Supervision remains an important requirement for the professional growth of school social work staff. "The administrative structure established by the LEA [local educational agency] shall provide for appropriate school social work supervision (NASW Standards for School Social Work Services, 2002, p. 25). Because a school setting is educational and not clinical, except in residential educational/mental health facilities, the term, "supervision" incorporates activities at two levels: administrative and professional.

Administrative supervision refers to operational supervision, which includes the on-site, day-to-day, nonclinical supervision of staff as they perform their regular duties in adherence to local, state and federal regulations. Such supervision does not require clinical proficiency in the practice of social work and can be provided by an appropriately credentialed individual knowledgeable about school social work, such as a school principal or school district administrator.

Professional supervision of school social workers involves both clinical supervision, which is the oversight of the therapeutic interventions provided by the school social worker and discipline-specific supervision, which provides context of the delivery of social work services within the structure of the educational setting. Professional supervision requires a specialized knowledge base and experience in the practice of school social work. Credentialed, experienced social workers optimally should provide clinical supervision and consultation to all school social workers working within the district. A social worker with the LCSW license or the advanced certified social worker certification (ACSW) is an appropriate person to perform supervisory duties. NASW also has a specialty certification, the credentialed school social worker specialist certification, C-SSWS, which some districts may prefer as an appropriate requirement for a person to serve in a school social work supervisory position. While other social workers or members of other therapeutic professions (e.g., school psychologists) may provide clinical supervision, only an individual holding an advanced degree in social work can provide discipline-specific supervision.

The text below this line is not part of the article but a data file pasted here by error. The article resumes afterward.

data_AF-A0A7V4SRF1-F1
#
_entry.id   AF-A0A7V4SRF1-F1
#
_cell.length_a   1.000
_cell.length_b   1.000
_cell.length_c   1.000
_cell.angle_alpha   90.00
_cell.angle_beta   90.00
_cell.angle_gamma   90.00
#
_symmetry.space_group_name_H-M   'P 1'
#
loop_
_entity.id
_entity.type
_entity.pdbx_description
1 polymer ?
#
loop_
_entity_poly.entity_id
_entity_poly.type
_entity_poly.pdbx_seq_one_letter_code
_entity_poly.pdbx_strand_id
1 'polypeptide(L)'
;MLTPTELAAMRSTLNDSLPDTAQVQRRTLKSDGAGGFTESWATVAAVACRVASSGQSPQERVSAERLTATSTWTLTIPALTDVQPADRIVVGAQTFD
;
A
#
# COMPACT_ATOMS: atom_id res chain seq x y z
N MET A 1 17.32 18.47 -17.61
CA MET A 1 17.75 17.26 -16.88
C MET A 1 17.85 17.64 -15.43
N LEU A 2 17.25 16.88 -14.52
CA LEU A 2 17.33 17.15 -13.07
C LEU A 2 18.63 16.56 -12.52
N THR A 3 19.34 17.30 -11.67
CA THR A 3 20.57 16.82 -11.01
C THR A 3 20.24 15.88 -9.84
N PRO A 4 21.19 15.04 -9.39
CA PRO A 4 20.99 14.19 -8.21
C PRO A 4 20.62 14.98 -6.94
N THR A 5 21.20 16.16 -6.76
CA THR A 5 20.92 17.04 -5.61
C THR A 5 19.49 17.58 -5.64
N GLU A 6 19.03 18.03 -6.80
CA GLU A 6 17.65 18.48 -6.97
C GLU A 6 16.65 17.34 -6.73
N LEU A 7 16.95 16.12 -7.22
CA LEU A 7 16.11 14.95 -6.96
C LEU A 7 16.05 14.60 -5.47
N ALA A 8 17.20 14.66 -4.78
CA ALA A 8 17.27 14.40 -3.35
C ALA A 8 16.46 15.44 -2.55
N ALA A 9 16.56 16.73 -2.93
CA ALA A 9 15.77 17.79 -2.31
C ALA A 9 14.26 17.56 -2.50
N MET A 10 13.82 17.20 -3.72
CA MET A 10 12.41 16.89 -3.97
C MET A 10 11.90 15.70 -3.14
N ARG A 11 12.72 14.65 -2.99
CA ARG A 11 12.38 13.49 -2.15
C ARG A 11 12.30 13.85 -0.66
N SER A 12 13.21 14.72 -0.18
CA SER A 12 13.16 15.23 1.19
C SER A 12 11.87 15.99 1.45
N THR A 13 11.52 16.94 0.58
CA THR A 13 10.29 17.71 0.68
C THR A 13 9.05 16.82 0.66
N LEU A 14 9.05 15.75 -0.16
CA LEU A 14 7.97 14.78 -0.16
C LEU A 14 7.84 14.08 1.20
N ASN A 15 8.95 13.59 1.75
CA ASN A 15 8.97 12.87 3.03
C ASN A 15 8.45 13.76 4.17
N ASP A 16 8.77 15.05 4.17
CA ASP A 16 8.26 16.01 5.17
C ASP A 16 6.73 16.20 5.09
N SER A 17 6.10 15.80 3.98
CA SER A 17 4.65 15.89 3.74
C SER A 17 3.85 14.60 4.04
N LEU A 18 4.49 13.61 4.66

Discipline-specific supervision is essential during a newly graduated school social worker's first two years of practice. Ideally, such supervision is "face-to-face" and provided on a weekly basis. Such supervision promotes professional competence and ensures that high-quality social work services are provided to students, families, school staff and the community. In addition, discipline-specific supervision contributes to and guides the professional growth and development of the school social worker.

Absent discipline-specific supervision, districts may appoint a lead school social worker who could facilitate peer supervision or serve the role of a "mentor" for existing and new school social workers. The lead school social worker should have at least three years of experience in a school setting, an LCSW license or ACSW credential, and have completed coursework in social work supervision, such as the Field Work Supervision course. The Field Work Supervision course is accredited by the Council on Social Work Education and is required when a social worker is a field-work supervisor of a student enrolled in a master's level social work program.

Supervision is the primary tool for staff development. However, staff meetings, conferences and workshops are additional resources that can be used to enhance staff awareness of relevant developments in the profession and to provide training in new methodologies and techniques. "The local education agency shall provide opportunities for school social workers to engage in professional development activities that support school social work practice. Funding support and an adequate number of professional leave days enable school social workers to strengthen and broaden skills required to better serve students, families, the local education agency, and the community" (NASW, 2002).

Coordinators and supervisors of school social work staff may have additional responsibilities beyond supervision and staff development. Such coordinator/supervisor should also assume the following roles and responsibilities:

  • provide information regarding available community resources;
  • be an interpreter and liaison to other administrators, helping them understand school social work programs and practices;
  • be a support for school social work staff;
  • be a teacher of methods to enhance the school social worker's ability to function effectively as a member of an educational team;
  • provide a link between school social workers, as well as a link between school social workers and other support and special education staff;
  • develop procedures that standardize practice;
  • interpret and advocate school social work practice within the school and within the community; and
  • provide direction through determination of priorities and program evaluation. (CSDE, 1989).

For institutional supports related to the duties of school social work coordinators and supervisors, please refer to Evaluating School Social Workers.

 




Content Last Modified on 7/22/2014 12:34:55 PM